Center offers support and connection to those impacted by violence



HIGHLANDS RANCH – It’s a place for connection, community and support.

The STEM Center for Strength is a grant-funded resiliency center offering “trauma-informed care,” resources, connection and community for those impacted by the shooting on May 7, 2019, at STEM School Highlands Ranch.

Kendrick Castillo, an 18-year-old student, was killed in the attack while lunging at the shooter to protect other students.

The new center opened for virtual services a year ago. It will open the doors to small groups on May 7.

It’s located at 640 Plaza Drive in Highlands Ranch, across the street from the STEM school but is not affiliated with the school or the Douglas County School District.

The center is affiliated with community mental health provider AllHealth Network. A $2.9 million grant for the center was announced last September.

“It’s a hub for resources through social connection, coming and hanging out with your peers (and for) the staff to come and hang out with their colleagues, (and) families to come together to meet and connect with a therapist,” said Jess Monda, the administrator of the center. “Also, just (being) a safe place that is not attached to the school is a really key reason for our center to exist.”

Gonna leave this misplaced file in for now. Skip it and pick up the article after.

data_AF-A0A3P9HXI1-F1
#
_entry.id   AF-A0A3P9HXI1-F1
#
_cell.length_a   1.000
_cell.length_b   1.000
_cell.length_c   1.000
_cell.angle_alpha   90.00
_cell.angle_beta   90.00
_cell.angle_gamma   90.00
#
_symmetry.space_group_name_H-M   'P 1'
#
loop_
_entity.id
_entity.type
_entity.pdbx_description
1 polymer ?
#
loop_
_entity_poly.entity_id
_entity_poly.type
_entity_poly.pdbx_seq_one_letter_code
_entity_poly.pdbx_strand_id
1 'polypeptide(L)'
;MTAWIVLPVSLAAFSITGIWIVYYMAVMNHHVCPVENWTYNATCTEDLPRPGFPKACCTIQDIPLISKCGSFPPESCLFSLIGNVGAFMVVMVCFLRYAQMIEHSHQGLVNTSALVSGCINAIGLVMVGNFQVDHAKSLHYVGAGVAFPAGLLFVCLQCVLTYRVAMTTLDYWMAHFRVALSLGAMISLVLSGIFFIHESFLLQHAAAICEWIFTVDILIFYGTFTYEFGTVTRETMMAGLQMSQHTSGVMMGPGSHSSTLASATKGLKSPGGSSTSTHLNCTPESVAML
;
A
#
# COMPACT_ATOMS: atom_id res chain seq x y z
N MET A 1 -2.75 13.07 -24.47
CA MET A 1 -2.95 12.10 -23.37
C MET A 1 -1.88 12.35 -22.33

There’s also a commons area where kids can come and hang out, connect with each other and play games.

Monda said that one of the center’s core values is the resiliency of the community.

“We provide multiple ways for you to engage in those free resources,” she said. “One way is to connect with a therapist one on one. We also offer family counseling as well as couples counseling and those are the primary resources we offer our community to provide mental health support.”

Because of the pandemic, she said, “I think it’s hard to determine what specifically could be at the root of social anxiety, or any kind of depression or anger for that matter, for those kind of erratic emotions. And so because of the pandemic, it has created compound trauma, so I am very thankful that we are here.”

Monda’s hope is that every community across the nation will have a resiliency center eventually, adding that it will take a village to work through challenges facing society lately.

“I personally am thankful that we are here, especially for those who are impacted by any other mass gun violence such as Boulder,” she said. “We can be a place and a resource for them as well.”

The center is looking for volunteers and donations to keep the doors open after the grant runs out.

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